Last year I made my return to competitive Irish dancing at the Mid-Atlantic Oireachtas for 2011. Three other friends and former dancers joined me, and we competed in the adult ladies four-hand competition, which we wound up winning.
The itch to compete, however, hadn’t subsided. This year, I found myself competing in an 8-hand adult ladies competition with seven other friends and former dancers, all from the Early-McLoughlin School of Irish Dance, based in New Jersey and New York.
This year’s Oireachtas is my 18th consecutive time attending. I wasn’t competing for a few years prior to 2011, but that’s changed now.
This year’s Mid-Atlantic Oireachtas was chaired by Jean Hagen Duffy, ADCRG; Colleen Schroeder, TCRG; and Maureen O’Grady, TCRG. The honorees were Kerry Kelly-Oster, Deirdre Shea and Christine Boland. The competition saw dancers of all ages and expertise from Pennsylvania, New Jersey, and New York come together to compete and qualify for National and World competitions.
I said it last year, but getting to come back to the same school and same teachers where you first began is an experience like no other. Six other ladies, who were returning to dance for the first time, joined me and another girl who was on my 4-hand last year. We had all grown up dancing together, so getting to head back to class together was great fun.
Coming back into class, we realized everything and nothing had changed all at the same time. The style and caliber of dancing is far superior to anything we were used to during our time competing in our not-so-distant teenage years. The once ‘fancy’ moves like feathers and ‘bicycle’ kicks look outdated compared to the speed and agility of today’s top dancers.
At the same rate, when my team began practicing, it was back to basics. Our beloved teacher Patsy was again yelling at us to kick our butts, and of course, to keep the chatter down. We couldn’t help but laugh and, of course, abide.
Thankfully, by doing a traditional ceili dance, we wouldn’t be subjected to having to learn the new tricks of today’s solo dancers. Ceili dances are uniform across the board, save for some very minor interpretation. Execution - dancing, timing, appearance - outweighs creativity in ceili dancing.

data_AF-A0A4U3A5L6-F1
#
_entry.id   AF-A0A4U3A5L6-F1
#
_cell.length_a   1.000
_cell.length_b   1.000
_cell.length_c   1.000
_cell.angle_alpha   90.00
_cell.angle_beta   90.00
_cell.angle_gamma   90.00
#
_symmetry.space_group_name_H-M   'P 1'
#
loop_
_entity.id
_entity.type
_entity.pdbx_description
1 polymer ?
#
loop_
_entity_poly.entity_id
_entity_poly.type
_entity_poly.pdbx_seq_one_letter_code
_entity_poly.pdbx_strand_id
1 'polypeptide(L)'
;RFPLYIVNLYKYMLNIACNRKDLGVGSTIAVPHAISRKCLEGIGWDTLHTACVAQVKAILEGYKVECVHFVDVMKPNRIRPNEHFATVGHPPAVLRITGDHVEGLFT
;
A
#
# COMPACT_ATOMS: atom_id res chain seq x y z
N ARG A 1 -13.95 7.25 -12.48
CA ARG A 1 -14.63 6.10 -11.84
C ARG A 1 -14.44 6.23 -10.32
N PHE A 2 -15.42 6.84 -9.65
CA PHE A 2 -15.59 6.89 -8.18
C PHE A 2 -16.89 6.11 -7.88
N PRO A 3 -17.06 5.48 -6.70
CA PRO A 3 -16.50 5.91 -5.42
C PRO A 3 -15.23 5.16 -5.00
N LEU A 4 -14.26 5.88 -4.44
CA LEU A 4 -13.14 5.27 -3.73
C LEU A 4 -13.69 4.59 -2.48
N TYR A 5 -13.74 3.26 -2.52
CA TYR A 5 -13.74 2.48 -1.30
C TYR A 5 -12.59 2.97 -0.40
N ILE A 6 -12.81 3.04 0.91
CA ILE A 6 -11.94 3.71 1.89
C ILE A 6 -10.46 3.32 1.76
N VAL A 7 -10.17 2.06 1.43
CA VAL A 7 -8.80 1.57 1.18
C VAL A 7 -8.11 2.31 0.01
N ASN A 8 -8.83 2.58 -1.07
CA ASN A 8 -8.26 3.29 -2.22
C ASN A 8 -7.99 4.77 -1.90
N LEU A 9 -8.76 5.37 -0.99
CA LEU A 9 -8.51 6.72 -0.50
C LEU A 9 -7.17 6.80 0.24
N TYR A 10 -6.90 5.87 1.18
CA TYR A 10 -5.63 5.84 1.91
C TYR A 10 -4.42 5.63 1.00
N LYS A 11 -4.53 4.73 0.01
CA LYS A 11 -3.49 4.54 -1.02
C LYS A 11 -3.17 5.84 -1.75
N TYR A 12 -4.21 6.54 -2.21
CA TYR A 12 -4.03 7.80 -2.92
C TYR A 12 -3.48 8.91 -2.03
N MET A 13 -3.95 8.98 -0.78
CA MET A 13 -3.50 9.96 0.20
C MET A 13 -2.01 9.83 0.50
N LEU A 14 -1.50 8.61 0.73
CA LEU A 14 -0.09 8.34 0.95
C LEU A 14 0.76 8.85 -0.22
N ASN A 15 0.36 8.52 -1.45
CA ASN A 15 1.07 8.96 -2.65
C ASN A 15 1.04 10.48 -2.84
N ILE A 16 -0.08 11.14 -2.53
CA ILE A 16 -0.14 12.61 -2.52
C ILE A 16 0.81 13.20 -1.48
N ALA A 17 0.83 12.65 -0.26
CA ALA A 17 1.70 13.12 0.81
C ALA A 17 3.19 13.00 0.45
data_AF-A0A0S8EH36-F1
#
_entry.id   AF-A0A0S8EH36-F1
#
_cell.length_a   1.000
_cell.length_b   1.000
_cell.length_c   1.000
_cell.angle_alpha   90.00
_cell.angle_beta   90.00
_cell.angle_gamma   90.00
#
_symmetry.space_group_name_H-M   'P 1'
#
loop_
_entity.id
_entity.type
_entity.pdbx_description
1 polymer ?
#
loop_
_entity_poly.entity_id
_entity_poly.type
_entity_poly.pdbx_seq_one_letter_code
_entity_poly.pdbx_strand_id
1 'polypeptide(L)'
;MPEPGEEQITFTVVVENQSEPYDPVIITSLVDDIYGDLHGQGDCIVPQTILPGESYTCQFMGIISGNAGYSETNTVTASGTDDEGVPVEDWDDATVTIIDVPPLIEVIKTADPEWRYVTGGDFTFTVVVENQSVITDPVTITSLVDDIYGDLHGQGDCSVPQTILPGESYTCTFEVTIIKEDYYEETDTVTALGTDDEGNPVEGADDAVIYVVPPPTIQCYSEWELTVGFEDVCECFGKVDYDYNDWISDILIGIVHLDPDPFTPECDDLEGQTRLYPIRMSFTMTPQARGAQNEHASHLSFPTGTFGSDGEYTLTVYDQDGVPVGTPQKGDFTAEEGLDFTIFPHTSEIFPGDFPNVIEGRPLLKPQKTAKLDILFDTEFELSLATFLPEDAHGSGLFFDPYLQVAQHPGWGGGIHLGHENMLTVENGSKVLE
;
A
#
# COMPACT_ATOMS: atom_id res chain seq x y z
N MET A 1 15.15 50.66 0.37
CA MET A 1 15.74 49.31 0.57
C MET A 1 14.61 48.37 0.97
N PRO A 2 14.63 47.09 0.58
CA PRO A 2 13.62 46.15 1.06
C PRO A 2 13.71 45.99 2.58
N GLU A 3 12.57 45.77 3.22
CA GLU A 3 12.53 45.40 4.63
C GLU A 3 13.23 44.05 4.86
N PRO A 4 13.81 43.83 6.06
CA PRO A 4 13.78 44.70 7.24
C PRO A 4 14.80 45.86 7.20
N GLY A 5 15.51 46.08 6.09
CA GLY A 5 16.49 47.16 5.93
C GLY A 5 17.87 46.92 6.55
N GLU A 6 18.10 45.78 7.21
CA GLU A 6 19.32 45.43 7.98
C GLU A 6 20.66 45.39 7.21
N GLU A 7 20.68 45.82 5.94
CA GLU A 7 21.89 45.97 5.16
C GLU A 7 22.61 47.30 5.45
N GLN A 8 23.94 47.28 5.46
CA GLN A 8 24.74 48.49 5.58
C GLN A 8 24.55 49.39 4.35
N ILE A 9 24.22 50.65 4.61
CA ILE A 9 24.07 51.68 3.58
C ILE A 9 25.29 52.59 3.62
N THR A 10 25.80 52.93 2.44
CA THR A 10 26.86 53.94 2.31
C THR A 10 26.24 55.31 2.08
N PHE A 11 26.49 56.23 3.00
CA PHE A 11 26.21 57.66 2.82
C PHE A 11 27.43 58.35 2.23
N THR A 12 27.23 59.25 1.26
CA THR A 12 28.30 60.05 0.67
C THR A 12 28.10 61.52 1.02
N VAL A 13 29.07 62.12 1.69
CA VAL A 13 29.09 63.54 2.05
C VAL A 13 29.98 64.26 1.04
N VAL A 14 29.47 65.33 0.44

As retired dancers who had done the Cross Reel 8-hand several times in competition before, we knew exactly what needed to be done and how it needed to be danced. Getting there, however, would take some practice.
We committed ourselves to at least an hour and a half of practice a week - a measly comparison to our Oireachtas preparations of years passed. Our achy feet and legs would have us believe otherwise, though.
Week after week we improved as a team. Getting our counts memorized, knowing exactly where to ‘cut’ into a skip-two-three or not, keeping our arms steady and even - it took work, but we muscled through.
We were all excited to be back in each other’s company though again, reminiscing about the past. Our shared experiences of competitions and dance classes cultivated the friendships we would end up carrying with us outside the dance halls and into the present.
Soon enough, Oireachtas was upon us. Thankfully, our adult competition was held in the afternoon on Sunday of the three-day weekend event, meaning we could get in more practice time once in Philadelphia - as well as some socializing in the lobby bar.
Sunday rolled around quickly though. We piled on the makeup, whipped our hair up under faux hair pieces and bedazzled crowns to take the stage once again, together.
To say we were nervous sidestage is an understatement. We were a perfect storm of nerves, excitement and anxiety. We tried to stretch out our old muscles a few more times, and made sure our shoes were all double-knotted. It had been so long for some of us since we were in this situation - about to dance at the Oireachtas! The stress! The pressure! The fun!
Thankfully, we were surrounded by other competing teams who had a better grip on their nerves. One team kindly pointed out that one of our team members’ cape was unpinned before wishing us good luck on stage. I’m happy to report that the sometimes catty competitiveness of teenage competitions evidently subsides with age.
Getting back on stage is surreal. The stage feels bigger than you remember. But to look around and see your team smiling, perhaps nervously, perhaps dumbly, back at you waiting for the music to start is a thrill like no other for a competitive dancer. When the music does start, you find your legs and feet taking care of all the work.